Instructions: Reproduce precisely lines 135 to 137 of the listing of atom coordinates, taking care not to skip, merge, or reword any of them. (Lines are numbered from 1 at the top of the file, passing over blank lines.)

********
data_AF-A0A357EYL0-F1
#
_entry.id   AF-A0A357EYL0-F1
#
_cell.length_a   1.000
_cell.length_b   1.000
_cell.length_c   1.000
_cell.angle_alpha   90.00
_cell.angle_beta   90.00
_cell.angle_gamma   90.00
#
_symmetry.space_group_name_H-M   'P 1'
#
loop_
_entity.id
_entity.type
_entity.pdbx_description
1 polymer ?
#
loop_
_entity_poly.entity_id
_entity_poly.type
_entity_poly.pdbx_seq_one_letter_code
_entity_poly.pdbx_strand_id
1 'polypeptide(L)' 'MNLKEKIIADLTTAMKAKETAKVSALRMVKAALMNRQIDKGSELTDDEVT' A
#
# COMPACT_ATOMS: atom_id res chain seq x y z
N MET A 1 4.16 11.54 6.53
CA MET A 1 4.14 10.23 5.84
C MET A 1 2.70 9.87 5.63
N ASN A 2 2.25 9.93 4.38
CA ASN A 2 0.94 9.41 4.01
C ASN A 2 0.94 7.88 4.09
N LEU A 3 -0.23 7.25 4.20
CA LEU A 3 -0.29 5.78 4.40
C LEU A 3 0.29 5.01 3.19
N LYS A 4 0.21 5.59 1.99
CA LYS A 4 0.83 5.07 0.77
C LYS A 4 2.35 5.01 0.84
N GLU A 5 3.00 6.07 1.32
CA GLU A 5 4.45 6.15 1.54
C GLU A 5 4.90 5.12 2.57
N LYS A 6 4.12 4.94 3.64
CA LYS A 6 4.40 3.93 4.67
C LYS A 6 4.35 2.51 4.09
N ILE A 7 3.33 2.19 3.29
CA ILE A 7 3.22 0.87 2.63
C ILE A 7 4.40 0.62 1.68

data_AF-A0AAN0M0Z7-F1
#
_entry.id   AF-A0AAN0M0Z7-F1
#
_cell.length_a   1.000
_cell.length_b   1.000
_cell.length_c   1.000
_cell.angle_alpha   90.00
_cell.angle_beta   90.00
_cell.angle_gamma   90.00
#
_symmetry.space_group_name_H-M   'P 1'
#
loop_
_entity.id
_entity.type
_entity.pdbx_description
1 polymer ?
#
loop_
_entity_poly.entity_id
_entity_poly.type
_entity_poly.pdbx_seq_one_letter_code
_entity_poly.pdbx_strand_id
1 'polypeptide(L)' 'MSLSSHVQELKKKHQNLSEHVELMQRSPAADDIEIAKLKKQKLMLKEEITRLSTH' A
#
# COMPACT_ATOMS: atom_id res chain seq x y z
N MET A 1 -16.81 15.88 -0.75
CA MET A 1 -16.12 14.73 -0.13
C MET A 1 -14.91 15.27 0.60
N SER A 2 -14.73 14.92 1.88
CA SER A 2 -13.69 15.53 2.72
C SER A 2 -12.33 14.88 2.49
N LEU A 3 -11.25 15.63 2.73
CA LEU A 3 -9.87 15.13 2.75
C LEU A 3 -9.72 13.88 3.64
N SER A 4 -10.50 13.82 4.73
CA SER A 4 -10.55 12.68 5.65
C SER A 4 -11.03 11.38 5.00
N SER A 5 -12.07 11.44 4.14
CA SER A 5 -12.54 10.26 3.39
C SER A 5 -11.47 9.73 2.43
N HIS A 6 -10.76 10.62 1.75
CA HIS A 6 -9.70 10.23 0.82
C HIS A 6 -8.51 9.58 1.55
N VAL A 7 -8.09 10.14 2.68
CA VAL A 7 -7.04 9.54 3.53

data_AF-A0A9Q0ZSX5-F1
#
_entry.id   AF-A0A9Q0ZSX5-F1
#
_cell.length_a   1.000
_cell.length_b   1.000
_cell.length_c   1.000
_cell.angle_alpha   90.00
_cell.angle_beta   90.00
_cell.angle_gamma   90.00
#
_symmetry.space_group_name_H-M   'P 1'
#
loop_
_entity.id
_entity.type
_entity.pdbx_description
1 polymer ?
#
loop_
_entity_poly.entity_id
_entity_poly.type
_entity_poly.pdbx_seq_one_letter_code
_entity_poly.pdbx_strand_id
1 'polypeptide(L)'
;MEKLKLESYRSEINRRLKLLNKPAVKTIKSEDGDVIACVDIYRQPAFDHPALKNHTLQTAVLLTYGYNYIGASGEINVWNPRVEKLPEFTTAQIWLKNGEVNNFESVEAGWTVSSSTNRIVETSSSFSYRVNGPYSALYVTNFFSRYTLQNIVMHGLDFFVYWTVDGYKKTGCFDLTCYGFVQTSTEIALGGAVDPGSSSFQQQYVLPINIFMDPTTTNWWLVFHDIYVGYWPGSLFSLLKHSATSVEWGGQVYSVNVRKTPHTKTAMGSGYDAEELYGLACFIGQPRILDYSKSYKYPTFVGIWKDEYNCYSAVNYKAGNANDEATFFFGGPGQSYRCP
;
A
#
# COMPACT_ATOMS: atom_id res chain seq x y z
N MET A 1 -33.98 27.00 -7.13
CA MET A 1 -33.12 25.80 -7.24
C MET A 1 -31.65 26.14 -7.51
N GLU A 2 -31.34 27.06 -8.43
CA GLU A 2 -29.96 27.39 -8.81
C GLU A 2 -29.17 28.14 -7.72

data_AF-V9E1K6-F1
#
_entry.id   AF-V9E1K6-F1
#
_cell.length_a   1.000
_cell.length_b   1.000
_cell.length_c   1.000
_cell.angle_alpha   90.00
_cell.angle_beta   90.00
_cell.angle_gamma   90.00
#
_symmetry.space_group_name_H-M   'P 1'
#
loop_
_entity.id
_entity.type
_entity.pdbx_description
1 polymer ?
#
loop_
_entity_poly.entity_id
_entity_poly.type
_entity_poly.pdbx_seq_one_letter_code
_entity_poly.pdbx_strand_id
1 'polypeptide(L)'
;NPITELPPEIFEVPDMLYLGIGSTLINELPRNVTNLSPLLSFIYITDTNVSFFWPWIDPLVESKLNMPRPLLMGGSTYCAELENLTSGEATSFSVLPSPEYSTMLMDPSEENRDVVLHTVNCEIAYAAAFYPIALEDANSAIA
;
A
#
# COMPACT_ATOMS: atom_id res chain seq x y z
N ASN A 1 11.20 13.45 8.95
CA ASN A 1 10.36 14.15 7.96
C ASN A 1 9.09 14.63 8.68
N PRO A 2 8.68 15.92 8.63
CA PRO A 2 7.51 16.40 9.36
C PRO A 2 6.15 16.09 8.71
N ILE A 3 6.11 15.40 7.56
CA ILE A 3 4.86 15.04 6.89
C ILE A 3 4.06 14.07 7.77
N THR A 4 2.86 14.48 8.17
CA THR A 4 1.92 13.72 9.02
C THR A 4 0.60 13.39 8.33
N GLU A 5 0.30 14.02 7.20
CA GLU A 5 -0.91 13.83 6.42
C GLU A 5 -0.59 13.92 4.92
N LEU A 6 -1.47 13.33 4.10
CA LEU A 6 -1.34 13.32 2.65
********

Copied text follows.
#
_cell.length_a   1.000
_cell.length_b   1.000